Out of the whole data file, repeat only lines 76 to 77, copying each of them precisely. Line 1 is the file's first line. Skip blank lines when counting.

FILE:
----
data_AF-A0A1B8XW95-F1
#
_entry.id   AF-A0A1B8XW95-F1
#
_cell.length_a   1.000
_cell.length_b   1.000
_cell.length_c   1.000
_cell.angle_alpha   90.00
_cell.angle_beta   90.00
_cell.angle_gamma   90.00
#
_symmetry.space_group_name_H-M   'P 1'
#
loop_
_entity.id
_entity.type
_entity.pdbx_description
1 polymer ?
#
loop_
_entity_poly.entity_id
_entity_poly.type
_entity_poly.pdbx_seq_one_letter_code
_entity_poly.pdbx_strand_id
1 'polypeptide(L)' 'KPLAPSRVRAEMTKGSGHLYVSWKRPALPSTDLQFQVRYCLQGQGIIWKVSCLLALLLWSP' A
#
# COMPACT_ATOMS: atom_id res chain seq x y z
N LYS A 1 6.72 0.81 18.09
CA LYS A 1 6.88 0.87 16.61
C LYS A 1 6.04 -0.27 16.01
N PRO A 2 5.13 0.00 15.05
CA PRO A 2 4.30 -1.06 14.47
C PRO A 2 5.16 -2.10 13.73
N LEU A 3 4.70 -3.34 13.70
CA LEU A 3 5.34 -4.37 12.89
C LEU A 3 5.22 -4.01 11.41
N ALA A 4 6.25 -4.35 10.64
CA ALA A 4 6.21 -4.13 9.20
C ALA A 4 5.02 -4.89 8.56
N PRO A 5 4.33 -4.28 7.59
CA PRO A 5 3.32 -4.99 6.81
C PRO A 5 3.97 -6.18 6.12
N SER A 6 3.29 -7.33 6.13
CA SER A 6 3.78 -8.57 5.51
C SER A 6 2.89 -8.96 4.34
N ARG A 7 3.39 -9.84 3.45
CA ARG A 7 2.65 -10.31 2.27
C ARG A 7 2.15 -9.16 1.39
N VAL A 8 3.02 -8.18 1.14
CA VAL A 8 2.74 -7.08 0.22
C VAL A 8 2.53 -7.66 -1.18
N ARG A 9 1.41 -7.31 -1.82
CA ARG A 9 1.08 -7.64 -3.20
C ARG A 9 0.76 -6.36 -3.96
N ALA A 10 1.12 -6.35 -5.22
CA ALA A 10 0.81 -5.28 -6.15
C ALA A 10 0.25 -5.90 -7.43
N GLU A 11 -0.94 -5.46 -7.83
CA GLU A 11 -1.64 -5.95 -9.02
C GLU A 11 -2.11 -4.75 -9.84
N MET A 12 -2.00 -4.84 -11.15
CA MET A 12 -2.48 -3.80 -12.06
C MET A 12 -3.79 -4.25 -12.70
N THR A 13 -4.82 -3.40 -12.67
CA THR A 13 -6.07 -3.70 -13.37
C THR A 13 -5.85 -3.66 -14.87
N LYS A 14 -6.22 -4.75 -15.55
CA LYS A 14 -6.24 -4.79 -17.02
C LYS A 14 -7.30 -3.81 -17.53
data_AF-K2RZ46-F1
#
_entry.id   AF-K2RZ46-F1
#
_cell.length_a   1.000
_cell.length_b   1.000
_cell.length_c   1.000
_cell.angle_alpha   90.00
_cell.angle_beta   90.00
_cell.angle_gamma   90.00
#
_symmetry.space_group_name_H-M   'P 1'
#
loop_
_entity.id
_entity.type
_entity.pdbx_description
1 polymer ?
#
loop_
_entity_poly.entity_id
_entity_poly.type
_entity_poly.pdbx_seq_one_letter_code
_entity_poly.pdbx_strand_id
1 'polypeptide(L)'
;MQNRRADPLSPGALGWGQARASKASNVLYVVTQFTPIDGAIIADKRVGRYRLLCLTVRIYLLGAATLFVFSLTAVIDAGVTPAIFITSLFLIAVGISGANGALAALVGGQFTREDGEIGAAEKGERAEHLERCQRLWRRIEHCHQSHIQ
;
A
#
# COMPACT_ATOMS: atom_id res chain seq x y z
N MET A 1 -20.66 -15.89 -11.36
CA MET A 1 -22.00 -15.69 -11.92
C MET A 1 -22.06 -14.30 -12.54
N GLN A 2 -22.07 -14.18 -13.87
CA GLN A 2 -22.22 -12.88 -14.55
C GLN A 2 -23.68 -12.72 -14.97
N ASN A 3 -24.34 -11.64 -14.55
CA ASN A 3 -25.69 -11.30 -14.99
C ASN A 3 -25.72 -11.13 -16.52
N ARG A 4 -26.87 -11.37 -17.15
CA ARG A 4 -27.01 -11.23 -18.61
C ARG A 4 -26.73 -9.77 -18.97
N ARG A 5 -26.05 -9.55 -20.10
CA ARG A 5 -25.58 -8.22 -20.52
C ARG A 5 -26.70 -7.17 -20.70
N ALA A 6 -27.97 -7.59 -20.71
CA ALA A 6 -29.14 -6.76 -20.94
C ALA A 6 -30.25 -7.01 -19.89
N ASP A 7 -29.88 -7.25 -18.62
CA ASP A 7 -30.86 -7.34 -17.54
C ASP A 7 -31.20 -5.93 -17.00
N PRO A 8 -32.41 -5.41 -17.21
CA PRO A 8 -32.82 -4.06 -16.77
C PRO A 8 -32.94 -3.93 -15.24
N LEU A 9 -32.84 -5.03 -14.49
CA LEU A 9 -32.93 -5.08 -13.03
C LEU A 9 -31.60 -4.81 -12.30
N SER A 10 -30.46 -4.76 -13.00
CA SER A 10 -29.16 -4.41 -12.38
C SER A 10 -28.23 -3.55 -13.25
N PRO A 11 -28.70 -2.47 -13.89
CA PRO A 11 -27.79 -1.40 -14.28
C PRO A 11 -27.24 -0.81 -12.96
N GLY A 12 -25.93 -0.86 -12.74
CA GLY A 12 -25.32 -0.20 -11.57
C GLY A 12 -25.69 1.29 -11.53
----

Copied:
_cell.length_c   1.000
_cell.angle_alpha   90.00